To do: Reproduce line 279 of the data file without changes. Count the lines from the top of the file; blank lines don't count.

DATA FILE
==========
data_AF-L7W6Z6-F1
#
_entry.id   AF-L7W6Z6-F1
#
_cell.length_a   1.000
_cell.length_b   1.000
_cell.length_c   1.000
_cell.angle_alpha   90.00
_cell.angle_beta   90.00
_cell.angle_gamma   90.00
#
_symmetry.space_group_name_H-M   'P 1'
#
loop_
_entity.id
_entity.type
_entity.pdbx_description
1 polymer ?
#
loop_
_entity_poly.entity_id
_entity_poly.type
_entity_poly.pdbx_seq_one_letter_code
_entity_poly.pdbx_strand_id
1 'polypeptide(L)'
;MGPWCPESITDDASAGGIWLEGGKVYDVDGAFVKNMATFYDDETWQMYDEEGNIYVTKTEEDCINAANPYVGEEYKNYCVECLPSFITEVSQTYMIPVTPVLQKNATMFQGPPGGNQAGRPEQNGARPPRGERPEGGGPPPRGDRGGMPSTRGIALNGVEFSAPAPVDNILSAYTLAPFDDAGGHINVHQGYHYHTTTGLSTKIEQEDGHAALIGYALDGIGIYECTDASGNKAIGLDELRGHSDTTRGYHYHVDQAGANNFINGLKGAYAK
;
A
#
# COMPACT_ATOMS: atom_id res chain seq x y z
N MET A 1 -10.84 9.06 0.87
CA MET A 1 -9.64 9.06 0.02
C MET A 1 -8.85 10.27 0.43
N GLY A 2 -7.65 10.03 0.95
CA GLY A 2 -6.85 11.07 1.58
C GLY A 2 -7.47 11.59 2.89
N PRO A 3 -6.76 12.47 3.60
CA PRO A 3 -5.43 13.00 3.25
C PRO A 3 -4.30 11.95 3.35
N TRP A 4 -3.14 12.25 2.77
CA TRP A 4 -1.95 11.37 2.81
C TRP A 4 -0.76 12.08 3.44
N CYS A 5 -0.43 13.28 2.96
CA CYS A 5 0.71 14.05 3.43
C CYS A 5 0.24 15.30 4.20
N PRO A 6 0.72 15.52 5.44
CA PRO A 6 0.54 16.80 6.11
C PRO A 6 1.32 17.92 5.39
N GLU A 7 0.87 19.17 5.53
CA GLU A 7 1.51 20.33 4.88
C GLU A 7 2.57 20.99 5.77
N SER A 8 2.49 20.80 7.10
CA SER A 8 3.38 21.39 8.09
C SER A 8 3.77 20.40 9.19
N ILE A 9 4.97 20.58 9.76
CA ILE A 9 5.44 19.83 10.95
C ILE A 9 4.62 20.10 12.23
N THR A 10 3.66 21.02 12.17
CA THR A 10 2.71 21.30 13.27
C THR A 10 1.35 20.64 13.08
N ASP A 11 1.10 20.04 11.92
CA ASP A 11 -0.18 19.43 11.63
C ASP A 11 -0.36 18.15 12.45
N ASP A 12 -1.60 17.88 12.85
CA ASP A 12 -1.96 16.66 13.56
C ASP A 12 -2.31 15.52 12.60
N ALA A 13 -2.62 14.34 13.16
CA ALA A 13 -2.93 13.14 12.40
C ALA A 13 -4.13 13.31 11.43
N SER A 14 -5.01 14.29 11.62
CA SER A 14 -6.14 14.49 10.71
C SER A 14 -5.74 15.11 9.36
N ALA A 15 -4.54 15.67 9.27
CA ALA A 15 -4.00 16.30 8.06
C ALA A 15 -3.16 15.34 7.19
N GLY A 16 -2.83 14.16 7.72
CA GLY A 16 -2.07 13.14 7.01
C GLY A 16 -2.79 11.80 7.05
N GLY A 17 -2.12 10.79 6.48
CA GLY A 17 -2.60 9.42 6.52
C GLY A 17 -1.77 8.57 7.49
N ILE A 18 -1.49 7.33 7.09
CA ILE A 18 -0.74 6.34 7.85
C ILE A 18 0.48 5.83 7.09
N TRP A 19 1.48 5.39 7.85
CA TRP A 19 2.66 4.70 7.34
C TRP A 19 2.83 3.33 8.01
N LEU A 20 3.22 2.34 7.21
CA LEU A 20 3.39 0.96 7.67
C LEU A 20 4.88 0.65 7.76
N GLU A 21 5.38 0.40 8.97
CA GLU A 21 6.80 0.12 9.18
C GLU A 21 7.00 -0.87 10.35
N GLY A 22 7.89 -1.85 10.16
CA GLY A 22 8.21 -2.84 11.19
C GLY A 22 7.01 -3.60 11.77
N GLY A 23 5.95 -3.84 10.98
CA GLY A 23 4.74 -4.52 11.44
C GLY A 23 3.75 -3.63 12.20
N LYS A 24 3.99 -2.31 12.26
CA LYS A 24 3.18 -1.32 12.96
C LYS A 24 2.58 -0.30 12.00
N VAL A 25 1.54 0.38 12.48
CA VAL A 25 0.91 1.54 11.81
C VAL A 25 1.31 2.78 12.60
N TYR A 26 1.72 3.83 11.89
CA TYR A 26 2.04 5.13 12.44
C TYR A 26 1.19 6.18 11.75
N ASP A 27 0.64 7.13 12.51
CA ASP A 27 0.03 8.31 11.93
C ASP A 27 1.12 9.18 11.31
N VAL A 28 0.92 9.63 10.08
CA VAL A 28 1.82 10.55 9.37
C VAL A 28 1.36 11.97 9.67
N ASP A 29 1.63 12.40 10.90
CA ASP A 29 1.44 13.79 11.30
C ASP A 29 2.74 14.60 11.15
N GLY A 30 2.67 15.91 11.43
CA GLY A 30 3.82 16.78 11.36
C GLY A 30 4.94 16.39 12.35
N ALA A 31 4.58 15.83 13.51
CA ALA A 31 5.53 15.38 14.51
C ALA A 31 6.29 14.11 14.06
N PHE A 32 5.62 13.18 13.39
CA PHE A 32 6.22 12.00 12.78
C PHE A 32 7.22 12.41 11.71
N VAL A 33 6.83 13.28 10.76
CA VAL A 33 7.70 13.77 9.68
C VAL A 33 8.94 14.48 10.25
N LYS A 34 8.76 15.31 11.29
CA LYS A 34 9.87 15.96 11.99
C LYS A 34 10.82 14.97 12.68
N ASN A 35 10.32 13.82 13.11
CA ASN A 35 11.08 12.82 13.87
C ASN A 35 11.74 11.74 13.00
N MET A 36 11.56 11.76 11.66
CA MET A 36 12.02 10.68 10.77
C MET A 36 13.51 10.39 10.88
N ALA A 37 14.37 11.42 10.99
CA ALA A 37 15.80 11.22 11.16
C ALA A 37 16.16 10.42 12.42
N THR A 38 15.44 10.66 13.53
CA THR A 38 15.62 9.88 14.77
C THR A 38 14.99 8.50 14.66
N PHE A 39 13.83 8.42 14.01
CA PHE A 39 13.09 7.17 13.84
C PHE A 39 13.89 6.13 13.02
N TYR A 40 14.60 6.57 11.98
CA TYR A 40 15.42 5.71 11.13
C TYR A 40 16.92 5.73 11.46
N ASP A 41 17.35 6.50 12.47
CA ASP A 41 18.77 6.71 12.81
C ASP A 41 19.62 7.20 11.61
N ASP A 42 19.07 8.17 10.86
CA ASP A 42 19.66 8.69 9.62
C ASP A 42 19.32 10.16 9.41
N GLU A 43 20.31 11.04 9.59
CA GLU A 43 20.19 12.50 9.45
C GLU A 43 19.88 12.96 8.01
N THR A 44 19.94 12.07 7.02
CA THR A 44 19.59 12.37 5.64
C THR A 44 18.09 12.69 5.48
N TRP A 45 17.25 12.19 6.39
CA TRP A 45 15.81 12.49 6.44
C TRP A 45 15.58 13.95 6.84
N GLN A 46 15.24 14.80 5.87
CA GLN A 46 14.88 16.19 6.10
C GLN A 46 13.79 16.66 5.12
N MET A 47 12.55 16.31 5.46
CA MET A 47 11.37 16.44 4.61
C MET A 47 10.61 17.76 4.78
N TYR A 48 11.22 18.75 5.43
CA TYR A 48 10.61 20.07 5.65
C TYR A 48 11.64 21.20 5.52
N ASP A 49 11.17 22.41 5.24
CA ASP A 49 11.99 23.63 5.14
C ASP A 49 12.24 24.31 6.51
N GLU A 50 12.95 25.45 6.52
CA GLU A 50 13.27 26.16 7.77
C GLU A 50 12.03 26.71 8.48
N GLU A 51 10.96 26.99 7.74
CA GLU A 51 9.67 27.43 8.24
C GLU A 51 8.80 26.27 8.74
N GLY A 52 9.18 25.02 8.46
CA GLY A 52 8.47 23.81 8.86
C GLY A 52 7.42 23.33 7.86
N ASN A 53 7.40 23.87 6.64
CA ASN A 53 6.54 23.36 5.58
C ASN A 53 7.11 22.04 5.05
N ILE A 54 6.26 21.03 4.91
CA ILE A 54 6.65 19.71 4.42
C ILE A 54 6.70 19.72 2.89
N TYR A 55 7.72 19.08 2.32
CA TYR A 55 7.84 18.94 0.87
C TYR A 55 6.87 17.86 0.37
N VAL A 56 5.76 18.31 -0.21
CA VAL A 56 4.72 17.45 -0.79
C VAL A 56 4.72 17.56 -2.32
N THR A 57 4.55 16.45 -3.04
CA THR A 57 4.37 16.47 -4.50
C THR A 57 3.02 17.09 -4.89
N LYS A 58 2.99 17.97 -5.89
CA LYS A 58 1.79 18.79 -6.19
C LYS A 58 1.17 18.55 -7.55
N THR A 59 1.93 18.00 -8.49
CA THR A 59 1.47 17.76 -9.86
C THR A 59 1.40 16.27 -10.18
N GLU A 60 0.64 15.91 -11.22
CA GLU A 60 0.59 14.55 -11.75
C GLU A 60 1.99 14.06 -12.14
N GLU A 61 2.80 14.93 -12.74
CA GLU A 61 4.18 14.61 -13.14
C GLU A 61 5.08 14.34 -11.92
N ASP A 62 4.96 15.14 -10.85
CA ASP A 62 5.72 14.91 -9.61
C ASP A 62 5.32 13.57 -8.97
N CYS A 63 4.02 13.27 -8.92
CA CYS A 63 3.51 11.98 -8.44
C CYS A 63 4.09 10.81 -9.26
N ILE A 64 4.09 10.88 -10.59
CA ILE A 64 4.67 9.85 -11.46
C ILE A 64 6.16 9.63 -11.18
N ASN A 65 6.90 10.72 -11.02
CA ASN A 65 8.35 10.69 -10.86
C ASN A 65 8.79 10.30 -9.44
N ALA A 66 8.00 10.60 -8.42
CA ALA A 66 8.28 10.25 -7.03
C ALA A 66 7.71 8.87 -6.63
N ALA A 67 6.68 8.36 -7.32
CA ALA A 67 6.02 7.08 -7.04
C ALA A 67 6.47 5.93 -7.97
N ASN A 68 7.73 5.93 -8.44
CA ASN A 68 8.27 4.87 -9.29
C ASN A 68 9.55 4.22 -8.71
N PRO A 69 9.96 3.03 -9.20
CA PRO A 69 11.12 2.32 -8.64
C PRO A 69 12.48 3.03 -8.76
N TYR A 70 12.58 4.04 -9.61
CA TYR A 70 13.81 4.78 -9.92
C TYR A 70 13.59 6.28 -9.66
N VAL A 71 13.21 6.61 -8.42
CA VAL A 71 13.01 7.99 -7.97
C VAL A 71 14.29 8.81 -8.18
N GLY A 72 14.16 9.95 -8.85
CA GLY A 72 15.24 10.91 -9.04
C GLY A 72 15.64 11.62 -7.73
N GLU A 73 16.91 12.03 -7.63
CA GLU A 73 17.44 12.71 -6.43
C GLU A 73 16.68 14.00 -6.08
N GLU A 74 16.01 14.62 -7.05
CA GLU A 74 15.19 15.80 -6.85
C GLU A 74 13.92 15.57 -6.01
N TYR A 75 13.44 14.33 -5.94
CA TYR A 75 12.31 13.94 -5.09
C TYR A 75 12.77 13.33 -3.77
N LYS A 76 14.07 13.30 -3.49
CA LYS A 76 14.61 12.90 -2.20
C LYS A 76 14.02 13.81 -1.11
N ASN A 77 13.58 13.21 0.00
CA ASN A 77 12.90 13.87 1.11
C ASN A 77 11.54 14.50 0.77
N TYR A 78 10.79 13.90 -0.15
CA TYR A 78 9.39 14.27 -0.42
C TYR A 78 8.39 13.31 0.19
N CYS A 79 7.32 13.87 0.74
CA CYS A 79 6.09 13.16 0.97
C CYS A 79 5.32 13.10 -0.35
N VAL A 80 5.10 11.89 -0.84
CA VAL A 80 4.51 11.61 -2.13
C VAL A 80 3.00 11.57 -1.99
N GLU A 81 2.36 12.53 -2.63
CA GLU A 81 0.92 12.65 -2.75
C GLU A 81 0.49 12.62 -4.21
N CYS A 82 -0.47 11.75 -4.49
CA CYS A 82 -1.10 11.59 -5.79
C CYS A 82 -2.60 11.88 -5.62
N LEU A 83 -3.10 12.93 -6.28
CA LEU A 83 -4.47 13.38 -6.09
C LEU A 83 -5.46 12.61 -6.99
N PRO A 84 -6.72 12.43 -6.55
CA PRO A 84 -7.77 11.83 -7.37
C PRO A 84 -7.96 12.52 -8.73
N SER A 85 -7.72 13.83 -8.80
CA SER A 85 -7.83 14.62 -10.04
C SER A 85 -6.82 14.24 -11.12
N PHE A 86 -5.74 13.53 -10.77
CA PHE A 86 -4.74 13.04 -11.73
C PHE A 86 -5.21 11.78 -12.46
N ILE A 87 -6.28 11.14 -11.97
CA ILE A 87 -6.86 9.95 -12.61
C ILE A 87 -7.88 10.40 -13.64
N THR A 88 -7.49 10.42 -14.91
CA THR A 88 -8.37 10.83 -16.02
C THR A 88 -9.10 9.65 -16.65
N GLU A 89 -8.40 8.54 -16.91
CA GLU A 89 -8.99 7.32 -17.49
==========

C LEU A 83 -5.46 12.61 -6.99